Friday, December 10, 2010

Unsalted Salt

The strength of salt is that it has a very distinctive quality. It is unique because it has a very specific taste, and affects food in a particular way. You can count on it enhancing the flavor of our food, causing certain chemical reactions during baking, and melting snow on sidewalks.

But what happens when salt loses it's saltiness. It is no longer salt. But worse, it can't even be classified as something else. It is essentially nothing — unless you give it some chemical designation that does few people any good. Putting it on your food is like putting on sand. It adds no taste, just gravel. And it is useless for baking or melting snow. It is nothing.

Jesus said that we (believers) are the salt of the earth. But if we lose our saltiness, we aren't good for anything. And worse, we aren't good for anything but to be thrown out and trampled by other people. (Matthew 5:13-16)

Since this is undesirable (or it should be), what does Jesus mean by that? How are we like salt? And how are we like salt that isn't salty?

We are like salt when we hold certain convictions to be true. Our lives reflect these convictions through our attitudes, behavior, and habits. It comes out in the way we speak, and in what we say. We can't help ourselves, and the people around us know it.

But when someone pretends to be salt (hold to certain convictions), but seeks to be friends with the world, are unsalted salt. People like this join with the world in what it hates, likes, honors, and upholds — even when they say they don't. They adjust their behaviors, attitudes, and habits to be acceptable to everyone. And they speak as if they hold certain convictions to be true, and yet say things that directly contradict what they say they believe.

This makes that person seem wishy-washy and their opinion isn't worth much. The friends they long to please hate them for their duplicity. They get no respect from them or their enemies. They become as worthless as their friendship. For a time they may make a lot of "friends". But they do not produce good fruit for God.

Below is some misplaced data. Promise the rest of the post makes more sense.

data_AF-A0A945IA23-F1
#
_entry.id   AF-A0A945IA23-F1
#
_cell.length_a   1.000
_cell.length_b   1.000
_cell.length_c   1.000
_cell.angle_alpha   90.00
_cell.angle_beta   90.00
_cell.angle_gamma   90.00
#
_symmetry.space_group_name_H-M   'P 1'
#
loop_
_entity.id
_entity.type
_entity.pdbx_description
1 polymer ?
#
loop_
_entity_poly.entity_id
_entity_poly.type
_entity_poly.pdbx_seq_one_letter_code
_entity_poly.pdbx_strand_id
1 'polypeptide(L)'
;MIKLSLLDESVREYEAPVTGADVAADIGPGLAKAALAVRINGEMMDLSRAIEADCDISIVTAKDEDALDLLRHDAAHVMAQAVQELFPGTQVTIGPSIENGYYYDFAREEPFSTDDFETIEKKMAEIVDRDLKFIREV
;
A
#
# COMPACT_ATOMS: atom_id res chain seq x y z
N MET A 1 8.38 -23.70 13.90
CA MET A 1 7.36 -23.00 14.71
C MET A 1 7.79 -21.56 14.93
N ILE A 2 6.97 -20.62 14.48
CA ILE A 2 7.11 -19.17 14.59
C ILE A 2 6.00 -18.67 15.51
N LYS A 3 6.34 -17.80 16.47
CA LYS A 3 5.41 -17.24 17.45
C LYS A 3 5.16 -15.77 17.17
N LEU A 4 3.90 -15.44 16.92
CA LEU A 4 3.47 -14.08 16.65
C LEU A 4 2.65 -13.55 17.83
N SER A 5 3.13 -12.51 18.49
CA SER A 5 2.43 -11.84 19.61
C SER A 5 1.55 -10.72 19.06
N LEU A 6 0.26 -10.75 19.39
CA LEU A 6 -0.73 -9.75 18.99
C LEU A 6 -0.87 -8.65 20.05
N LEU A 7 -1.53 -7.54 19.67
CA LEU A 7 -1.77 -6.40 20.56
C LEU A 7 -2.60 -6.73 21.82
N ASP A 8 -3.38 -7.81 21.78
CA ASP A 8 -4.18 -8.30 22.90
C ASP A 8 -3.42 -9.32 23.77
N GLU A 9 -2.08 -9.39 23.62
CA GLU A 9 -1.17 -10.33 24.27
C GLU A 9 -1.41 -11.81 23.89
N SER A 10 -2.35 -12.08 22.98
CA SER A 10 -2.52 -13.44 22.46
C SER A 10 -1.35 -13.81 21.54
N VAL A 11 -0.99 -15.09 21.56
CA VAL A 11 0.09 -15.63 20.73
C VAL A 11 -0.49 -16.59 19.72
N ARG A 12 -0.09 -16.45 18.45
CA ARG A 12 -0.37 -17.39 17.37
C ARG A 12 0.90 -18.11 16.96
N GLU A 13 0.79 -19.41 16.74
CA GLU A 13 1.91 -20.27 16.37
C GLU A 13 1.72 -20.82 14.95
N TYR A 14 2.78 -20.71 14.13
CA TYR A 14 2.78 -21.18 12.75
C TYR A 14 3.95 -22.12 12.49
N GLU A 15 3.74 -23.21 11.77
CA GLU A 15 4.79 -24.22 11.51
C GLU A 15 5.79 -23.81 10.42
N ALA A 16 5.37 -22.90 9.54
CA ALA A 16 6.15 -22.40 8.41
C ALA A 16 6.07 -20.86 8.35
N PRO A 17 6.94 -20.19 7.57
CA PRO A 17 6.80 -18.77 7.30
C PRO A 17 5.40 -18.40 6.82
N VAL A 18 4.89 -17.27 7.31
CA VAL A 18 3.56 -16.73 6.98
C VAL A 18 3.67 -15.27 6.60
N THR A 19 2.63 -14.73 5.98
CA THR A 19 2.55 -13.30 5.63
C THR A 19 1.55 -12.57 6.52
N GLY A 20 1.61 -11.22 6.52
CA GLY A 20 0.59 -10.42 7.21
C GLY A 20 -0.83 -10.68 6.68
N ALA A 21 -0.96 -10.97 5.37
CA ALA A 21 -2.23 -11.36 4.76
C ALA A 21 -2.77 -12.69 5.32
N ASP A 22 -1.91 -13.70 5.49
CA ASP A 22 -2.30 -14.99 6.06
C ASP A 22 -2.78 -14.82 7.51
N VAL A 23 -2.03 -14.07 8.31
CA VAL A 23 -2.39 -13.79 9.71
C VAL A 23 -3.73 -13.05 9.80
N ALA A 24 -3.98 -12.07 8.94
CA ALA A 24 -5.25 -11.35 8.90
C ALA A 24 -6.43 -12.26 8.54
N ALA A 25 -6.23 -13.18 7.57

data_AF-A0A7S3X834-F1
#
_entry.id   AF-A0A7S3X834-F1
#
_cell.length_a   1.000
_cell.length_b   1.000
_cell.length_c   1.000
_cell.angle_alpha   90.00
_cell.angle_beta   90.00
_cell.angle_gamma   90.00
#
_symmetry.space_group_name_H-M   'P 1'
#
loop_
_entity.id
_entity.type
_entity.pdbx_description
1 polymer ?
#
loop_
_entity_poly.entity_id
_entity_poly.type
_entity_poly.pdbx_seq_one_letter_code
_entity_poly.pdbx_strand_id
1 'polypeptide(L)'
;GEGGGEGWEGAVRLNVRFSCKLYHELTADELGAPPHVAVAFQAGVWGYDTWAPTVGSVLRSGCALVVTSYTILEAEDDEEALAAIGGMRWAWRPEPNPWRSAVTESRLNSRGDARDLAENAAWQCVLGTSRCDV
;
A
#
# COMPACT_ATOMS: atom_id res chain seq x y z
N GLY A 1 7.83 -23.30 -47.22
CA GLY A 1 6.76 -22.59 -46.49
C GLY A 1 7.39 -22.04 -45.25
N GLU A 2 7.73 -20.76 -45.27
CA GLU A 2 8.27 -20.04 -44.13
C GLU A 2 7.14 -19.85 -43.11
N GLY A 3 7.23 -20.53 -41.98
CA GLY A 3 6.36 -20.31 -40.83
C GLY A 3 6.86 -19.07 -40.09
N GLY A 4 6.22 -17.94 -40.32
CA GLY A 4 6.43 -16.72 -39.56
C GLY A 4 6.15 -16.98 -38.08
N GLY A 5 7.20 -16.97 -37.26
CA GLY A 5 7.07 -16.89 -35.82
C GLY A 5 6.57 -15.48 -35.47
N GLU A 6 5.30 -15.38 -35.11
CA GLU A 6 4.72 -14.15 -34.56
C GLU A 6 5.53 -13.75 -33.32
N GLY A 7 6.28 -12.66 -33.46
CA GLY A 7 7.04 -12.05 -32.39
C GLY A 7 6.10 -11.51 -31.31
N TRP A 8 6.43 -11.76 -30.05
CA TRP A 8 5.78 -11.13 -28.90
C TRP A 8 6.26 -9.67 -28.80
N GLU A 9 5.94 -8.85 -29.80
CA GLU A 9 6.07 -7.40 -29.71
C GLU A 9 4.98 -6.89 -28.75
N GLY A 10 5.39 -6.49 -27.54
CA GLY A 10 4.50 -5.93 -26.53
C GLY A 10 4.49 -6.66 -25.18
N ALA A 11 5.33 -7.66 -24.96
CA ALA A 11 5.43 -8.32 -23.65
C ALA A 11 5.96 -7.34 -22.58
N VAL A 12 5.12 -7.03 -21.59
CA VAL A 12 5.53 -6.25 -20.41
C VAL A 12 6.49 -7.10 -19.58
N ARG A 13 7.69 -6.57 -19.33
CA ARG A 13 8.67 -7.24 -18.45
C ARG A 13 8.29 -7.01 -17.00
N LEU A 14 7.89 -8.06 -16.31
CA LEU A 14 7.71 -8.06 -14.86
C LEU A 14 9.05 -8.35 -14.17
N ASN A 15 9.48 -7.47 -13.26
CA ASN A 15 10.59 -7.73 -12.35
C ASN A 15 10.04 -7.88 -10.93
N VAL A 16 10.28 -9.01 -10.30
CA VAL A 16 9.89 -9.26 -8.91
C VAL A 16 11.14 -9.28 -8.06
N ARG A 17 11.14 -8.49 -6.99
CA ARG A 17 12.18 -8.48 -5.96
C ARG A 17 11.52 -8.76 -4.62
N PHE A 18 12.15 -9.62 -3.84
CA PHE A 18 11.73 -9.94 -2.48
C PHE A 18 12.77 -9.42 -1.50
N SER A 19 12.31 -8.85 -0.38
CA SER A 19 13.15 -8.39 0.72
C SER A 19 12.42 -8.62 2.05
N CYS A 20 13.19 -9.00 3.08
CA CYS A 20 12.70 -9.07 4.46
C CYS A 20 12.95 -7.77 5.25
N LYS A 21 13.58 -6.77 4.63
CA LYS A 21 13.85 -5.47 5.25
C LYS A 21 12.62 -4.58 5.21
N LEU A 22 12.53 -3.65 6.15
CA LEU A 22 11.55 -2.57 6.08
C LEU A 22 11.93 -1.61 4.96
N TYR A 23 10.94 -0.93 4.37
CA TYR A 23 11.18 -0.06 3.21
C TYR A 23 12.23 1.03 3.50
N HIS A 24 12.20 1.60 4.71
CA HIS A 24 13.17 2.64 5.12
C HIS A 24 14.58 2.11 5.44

Thursday, November 18, 2010

At the Shore of the Red Sea

It is hard to wait.

God promised to take care of me, no matter what. As long as I don't worry and seek first the Kingdom of God. Okay, I'm seeking it in all aspects of my life. And, I am waiting.

God has come through for me thus far. And I expect Him to keep His word. But, how long do I have to wait for these troubled times to reach their culmination? Will I be shaped appropriately by then? What am I to learn? How long will it be?

I await. An. Answer. Some. Day.

Sunday, October 31, 2010

False Forgiveness

When I was a 7 year old boy, I was hit by a car. I and my family were vacationing in California when this happened. I was following my cousin across the street when the car came up and hit me. The accident was very serious. I flew about 10 yards or so, according to my sister who witnessed it. My leg was broken and my arm was severely scraped and bleeding. I was also lying there in a semi-conscious state when the authorities arrived. To say the least, my mom was frantic at the sight of me. But, of course, I survived.

But here's the thing that happened, which some churches don't seem to understand. The paramedics, and all involved, weren't immediately concerned about the feelings of the driver, the need for the victim and the victim's family to forgive the driver, or to ensure that everyone gets over it and moves on. The immediate concerns were for my survival, the comfort of my family, making necessary adjustments for my rehabilitation, and for determining the driver's responsibilities monetarily. Sure, forgiveness played a role, but not as a panacea for the immediate concerns.

However, some churches tend to focus on forgiveness as if that is the solution for serious sin within its own ranks — such as an adulterous preacher, or deacon who is a wife beater. On the other hand, healthy churches — although they may have forgiveness as a concern too — see forgiveness as part of a process of repair and reconciliation after some serious work is done. Wrongs and the subsequent ramifications aren't ignored, appropriate blame and consequences are clearly handled, and then room is made for sincere forgiveness.